It’s starting to feel like we are on a rudderless ship, drifting further and further away from the rest of the world.

We aren’t the only business sector asking for a plan – a plan to get on with living with Covid-19, reconnecting with the world, getting out of lockdowns, saving dying businesses, and getting back to some semblance of normality before the nation’s collective mental health goes into serious decline. Our supply chain and trade certainly depend on it.

This week, the NZ Herald’s Mood of the Boardroom survey was decidedly an unhappy and unimpressed mood. The Government got the thumbs down for its current handling of the Covid-19 pandemic as we lag behind the rest of the world.

Also, this week, a 25-strong group of New Zealand’s largest companies, including Mainfreight and DHL Express NZ, formalised a plea to the Government to urgently allow rapid antigen tests into the country to help protect their workers from Covid-19.

The Government is moving on this now, but every move has to be forced and appears to be reactive rather than planned. Yesterday, the lead Minister on Covid-19 testing, Ayesha Verrall, announced the Government would pilot rapid antigen testing with the private sector. But again, details on the when, where and how were light. She’s meeting with business people today (Friday 8 October).

This is on the back of a report delivered to Cabinet on Monday, from University of Otago’s professor David Murdoch, who leads the Government’s testing advisory group. Professor Murdoch found that as a country, New Zealand was too slow to adopt saliva testing and too slow to adopt rapid antigen testing. I question that they needed a report to be told that when businesses have been pointing it out for some time.

The rest of the world has used vaccination, vaccination certificates, rapid testing, and face masks to return to holidays, events, families uniting, and cross-border travel and trade. The key has been vaccination and rapid testing, which they’ve been using through Europe for months. Employers around the rest of the world are providing employees with rapid testing kits so they can do a daily test before they head into work.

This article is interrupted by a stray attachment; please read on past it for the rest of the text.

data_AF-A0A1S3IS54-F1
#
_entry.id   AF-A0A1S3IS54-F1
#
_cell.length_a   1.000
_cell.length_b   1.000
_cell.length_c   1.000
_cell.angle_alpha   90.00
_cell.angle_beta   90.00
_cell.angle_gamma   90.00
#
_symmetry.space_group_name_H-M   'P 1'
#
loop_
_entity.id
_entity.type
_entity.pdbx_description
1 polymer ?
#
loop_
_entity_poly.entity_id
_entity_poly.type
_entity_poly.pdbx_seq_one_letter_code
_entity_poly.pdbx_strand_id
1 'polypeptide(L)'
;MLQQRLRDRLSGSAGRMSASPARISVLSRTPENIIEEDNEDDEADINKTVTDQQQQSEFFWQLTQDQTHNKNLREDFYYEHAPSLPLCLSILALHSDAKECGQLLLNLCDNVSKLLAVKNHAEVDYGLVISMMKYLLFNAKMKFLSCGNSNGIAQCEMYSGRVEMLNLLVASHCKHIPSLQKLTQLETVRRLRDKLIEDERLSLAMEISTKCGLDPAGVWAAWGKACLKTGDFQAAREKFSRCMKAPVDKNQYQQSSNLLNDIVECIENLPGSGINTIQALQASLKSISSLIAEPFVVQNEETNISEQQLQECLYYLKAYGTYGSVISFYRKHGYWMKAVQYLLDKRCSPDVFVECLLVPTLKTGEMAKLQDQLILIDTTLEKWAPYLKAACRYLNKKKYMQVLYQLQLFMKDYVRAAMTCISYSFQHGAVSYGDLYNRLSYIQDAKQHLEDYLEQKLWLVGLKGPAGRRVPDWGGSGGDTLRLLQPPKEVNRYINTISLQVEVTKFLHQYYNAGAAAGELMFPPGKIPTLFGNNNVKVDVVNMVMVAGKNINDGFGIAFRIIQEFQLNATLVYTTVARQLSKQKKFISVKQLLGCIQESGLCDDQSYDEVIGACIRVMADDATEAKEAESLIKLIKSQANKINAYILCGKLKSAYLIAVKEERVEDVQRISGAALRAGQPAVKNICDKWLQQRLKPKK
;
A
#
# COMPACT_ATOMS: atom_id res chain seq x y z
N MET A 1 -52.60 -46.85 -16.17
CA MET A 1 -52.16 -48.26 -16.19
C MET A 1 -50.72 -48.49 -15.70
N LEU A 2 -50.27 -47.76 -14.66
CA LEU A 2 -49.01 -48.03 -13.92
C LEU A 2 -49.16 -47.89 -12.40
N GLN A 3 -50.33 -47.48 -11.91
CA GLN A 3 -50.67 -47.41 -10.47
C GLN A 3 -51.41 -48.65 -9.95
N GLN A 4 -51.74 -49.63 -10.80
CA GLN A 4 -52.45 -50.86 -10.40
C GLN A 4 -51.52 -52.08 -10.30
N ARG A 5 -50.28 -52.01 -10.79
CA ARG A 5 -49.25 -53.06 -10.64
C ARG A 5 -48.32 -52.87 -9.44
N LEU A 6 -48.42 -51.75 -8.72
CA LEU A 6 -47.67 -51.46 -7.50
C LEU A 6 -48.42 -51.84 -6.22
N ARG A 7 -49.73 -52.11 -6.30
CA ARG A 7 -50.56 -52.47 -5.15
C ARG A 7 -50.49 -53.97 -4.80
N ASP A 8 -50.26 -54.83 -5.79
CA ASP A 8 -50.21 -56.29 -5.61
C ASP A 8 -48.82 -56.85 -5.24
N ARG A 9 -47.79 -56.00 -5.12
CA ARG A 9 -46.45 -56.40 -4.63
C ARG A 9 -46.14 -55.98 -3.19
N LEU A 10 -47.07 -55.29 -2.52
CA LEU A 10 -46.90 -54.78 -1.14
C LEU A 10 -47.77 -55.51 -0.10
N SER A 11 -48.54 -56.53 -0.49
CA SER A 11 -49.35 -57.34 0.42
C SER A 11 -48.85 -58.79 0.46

While the rest of the world has been using vaccine certificates for a while now – in Australia you get yours a couple of days after your second vaccination – New Zealand is still developing its version. We watched a couple of public servants try and explain it at one of the sermons from the pulpit this week. Why can’t we just buy someone else’s that actually works? Why can’t the Government listen to anyone but themselves?

Canterbury’s famed New Zealand Agriculture Show has had to cancel for the second year running. They offered to test the vaccine certificate for their show between 10 and 12 November, but no dice.

The testing message in New Zealand is confused. We found that out when the Government introduced virtually overnight that truck drivers crossing out of Auckland’s Level 3 into Level 2 areas had to show proof of being tested in the previous seven days. This regime now extends to the large part of the Waikato in Level 3. Our industry understands that as essential workers moving throughout the country, testing and vaccination are critical.

What we have a problem with is the lack of consultation from Government when it makes radical changes to the way businesses operate and expects instant compliance without explaining the rules and processes, or even providing the legal framework they have made the changes under – the Public Health Orders are very slow to appear and often seem to be loaded on the internet literally a minute before they come into force.

We have written to COVID-19 Response Minister Chis Hipkins and Health Minister Andrew Little with our concerns about the lack of planning and preparation that has gone into the Government’s response to the latest Covid-19 outbreak. We have urged them to be aware of the consequences of decisions made on the fly, with no processes in place, and hastily put together law to back these decisions made without any consultation.

We have stated that we believe there should be an independent inquiry into the Government’s handling of the latest Covid-19 outbreak.

With a majority Government, they are able to do as they wish and it is increasingly important there is some scrutiny.

At the moment, the Government is ramming through laws, including the Covid-19 Public Health Response Amendment Bill (No 2), that give them unbridled power until at least May 2023, including giving the Ministry of Health powers to commandeer private medical testing laboratories’ testing capacity. The Director General could make one of his orders to make private laboratories “undertake COVID-19 testing solely for the purposes of the public health response to COVID-19 while subject to the order, whether or not the laboratory is contracted by the Crown for that purpose”.

The COVID-19 Response (Management Measures) Legislation Bill alters local government laws to allow for more flexibility in delaying elections – so next year’s local government election could be “delayed”.

Both these Bills are currently before Select Committee and have had extremely short consultation periods, suggesting they will pass through without regard for the views of submitters. That’s what a majority can do.

– Nick Leggett, CEO, Ia Ara Aotearoa Transporting New Zealand

Photo 36349376 / Rudderless © Steveheap |


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